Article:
So what happened? Staffing has been a persistent problem in the airline industry since the sharp recovery in demand (many employees also took early retirement or voluntary separation packages at the start of the pandemic). The issue gets compounded when there are delays, cancellations, or workers call in sick, which has the ability to create a domino effect along a carrier's schedule (especially when there aren't enough staff on standby). Shares of Southwest are still up 15.7% YTD, and have outperformed Delta and United due to its higher mix of leisure and domestic customers helping it through the pandemic recovery.
It's the last James Bond film of the Daniel Craig era and the actor's last turn as 007. No Time to Die took in an estimated $56M during its opening weekend in the U.S. and Canada, marking the fourth-best debut of any James Bond film in the franchise's nearly 60-year history. While Universal (NASDAQ:CMCSA) released the film internationally two weeks ago (topping $300M globally), MGM (OTC:MGMB) is handling the domestic release (Amazon previously announced plans to buy the latter studio for $8.5B).
Snapshot: While it isn't Marvel numbers, Bond has always had an older audience which is less likely to rush out for opening weekend. In fact, around 25% of ticket buyers who went out to see No Time to Die this weekend said it was their first time returning to theaters in more than 18 months, according to MGM. A streaming or hybrid release was also never considered for the movie, unlike many other films released during the pandemic.
"It's been a long time coming to get this movie on the big screen," noted Erik Lomis, the head of distribution for United Artists Releasing, noting the year-and-a-half delay due to COVID-19. "Michael Wilson and Barbara Broccoli are huge believers in the theatrical experience. That was hugely important to us, to them and to the theater owners. And when you see this kind of result, it's very gratifying."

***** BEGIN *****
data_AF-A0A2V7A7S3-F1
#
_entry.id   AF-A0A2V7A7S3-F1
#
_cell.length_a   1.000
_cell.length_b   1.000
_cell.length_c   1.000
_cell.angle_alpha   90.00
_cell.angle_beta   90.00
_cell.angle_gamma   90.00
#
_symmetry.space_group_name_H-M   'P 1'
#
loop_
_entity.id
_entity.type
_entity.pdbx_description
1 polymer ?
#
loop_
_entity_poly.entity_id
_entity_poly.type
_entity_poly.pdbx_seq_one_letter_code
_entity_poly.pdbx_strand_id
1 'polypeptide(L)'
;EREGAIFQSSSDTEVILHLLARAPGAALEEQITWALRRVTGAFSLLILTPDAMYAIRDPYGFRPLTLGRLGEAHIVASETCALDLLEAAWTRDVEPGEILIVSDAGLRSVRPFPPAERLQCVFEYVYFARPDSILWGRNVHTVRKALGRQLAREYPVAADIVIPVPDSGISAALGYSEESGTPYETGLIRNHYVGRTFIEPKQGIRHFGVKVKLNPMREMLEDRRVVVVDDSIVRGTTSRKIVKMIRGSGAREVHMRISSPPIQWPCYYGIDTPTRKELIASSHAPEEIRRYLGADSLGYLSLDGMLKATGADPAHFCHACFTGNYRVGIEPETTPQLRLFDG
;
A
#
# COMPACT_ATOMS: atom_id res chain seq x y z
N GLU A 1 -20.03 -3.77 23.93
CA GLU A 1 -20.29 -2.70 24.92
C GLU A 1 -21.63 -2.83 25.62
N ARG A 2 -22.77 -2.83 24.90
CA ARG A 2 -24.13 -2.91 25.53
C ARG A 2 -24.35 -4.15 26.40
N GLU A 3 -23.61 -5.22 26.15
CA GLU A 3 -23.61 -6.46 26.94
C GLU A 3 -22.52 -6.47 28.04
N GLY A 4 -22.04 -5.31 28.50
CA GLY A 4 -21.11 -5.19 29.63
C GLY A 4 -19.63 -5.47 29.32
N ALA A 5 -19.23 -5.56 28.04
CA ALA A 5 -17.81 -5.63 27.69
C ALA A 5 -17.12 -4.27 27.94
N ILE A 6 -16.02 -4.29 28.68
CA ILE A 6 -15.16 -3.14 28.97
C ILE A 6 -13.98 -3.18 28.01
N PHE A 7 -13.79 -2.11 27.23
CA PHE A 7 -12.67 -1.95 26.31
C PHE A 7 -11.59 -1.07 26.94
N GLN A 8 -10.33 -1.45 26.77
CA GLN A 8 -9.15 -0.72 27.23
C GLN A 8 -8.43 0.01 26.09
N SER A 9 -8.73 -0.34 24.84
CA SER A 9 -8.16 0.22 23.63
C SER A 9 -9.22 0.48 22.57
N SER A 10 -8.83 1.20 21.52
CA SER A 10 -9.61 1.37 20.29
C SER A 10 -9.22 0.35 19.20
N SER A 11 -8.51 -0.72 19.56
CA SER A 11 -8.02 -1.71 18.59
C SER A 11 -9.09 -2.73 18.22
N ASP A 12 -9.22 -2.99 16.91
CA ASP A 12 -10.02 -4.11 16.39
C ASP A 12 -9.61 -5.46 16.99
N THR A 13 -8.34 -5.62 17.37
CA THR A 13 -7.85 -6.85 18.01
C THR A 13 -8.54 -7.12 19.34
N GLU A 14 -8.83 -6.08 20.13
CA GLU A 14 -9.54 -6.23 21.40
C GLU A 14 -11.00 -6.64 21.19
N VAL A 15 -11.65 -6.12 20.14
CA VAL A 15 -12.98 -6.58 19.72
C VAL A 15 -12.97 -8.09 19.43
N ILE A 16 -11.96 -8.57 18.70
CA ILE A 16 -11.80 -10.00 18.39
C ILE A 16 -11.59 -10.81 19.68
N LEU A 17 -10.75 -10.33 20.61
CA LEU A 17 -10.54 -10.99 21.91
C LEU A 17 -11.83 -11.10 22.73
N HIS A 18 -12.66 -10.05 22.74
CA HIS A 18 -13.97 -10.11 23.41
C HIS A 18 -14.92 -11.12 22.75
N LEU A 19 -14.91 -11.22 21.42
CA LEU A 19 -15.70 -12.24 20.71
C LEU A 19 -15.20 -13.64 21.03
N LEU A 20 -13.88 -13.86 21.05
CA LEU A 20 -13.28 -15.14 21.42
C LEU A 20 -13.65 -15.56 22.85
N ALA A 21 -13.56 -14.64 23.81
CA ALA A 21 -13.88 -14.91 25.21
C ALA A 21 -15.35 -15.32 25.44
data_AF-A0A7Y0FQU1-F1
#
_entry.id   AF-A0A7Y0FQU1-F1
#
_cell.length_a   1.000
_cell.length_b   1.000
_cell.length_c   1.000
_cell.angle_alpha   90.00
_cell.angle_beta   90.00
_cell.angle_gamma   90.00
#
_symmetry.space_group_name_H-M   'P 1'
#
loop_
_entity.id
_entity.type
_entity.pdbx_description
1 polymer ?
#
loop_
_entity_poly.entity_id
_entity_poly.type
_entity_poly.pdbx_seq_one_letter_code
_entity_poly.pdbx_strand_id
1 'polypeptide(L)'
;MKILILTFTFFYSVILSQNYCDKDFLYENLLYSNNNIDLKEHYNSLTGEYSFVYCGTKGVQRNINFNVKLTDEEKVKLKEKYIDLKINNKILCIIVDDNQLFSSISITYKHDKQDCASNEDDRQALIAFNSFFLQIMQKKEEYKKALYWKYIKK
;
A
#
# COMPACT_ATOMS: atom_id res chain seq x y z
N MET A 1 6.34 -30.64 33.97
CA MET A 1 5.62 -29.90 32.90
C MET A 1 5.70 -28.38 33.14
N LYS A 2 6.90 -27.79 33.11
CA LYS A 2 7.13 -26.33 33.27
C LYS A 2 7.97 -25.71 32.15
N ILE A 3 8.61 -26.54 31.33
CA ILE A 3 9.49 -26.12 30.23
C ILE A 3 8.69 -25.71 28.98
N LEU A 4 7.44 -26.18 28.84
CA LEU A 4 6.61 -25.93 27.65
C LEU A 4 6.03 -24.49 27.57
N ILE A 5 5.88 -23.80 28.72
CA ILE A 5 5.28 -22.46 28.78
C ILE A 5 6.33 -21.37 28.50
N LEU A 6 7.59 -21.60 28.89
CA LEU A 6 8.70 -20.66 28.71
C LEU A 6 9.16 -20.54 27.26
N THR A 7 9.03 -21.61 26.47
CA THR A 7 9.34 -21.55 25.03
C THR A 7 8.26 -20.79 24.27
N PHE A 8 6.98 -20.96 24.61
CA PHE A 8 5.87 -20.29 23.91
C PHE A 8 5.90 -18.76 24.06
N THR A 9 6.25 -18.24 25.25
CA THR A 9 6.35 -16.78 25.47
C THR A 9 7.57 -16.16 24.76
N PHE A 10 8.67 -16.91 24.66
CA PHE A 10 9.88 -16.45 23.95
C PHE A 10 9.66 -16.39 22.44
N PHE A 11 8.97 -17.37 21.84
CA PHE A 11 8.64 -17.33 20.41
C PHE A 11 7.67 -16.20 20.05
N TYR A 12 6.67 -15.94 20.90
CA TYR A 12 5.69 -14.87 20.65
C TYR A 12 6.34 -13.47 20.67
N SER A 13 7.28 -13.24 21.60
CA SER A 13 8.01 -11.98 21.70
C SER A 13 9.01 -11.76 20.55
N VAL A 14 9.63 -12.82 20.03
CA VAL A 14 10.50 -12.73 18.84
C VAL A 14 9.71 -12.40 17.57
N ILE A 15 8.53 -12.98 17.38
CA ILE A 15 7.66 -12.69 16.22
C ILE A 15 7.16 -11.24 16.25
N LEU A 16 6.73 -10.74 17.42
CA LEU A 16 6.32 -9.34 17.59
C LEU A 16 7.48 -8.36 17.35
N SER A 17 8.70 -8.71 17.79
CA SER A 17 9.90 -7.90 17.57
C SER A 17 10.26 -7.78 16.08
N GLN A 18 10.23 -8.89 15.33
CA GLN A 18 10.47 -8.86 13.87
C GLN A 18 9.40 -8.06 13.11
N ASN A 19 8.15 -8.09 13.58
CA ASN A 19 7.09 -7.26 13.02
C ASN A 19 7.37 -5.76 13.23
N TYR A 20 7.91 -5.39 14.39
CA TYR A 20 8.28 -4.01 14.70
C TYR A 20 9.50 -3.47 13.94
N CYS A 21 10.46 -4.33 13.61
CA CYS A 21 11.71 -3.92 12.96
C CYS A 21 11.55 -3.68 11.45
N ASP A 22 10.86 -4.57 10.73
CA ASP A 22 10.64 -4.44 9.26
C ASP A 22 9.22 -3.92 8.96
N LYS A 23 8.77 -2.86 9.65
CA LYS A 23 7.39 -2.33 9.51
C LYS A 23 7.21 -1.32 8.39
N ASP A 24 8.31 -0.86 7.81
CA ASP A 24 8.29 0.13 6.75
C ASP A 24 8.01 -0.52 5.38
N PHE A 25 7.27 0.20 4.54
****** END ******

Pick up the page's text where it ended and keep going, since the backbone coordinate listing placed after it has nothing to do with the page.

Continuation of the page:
Go deeper: Besides being the longest Bond film ever at two hours and 43 minutes, No Time to Die was also expensive, with a reported production price tag of around $250M (marketing costs added another $100M). Craig revitalized the franchise since landing the role in 2006's Casino Royale, and while he briefly lost his 007 designation to a younger agent (Lashana Lynch) during the latest film, many are wondering about the Bond of the future as Craig steps off the stage.
In Asia, Japan +1.6%. Hong Kong +2%. China flat. India +0.2%.
In Europe, at midday, London +0.4%. Paris flat. Frankfurt -0.1%.
Futures at 6:20, Dow -0.3%. S&P -0.4%. Nasdaq -0.6%. Crude +2.6% at $81.42. Gold -0.2% at $1753.60. Bitcoin +2.8% at $56516.
Ten-year Treasury Yield +4 bps to 1.61%
Today's Economic Calendar
6:00 PM Fed's Evans Speech
What else is happening...
Banks' Q3 earnings likely to reflect reserve releases, weak loan activity.
Which sectors do best when rates are rising? - Sector Watch.
Shale producers seen ramping up as natural gas prices surge.
REIT boom continues as M&A transaction volume hits record $108B in 2021.
A look at the biopharmas developing new treatments for liver diseases.
Sports betting stocks on watch as NFL action delivers on expectations.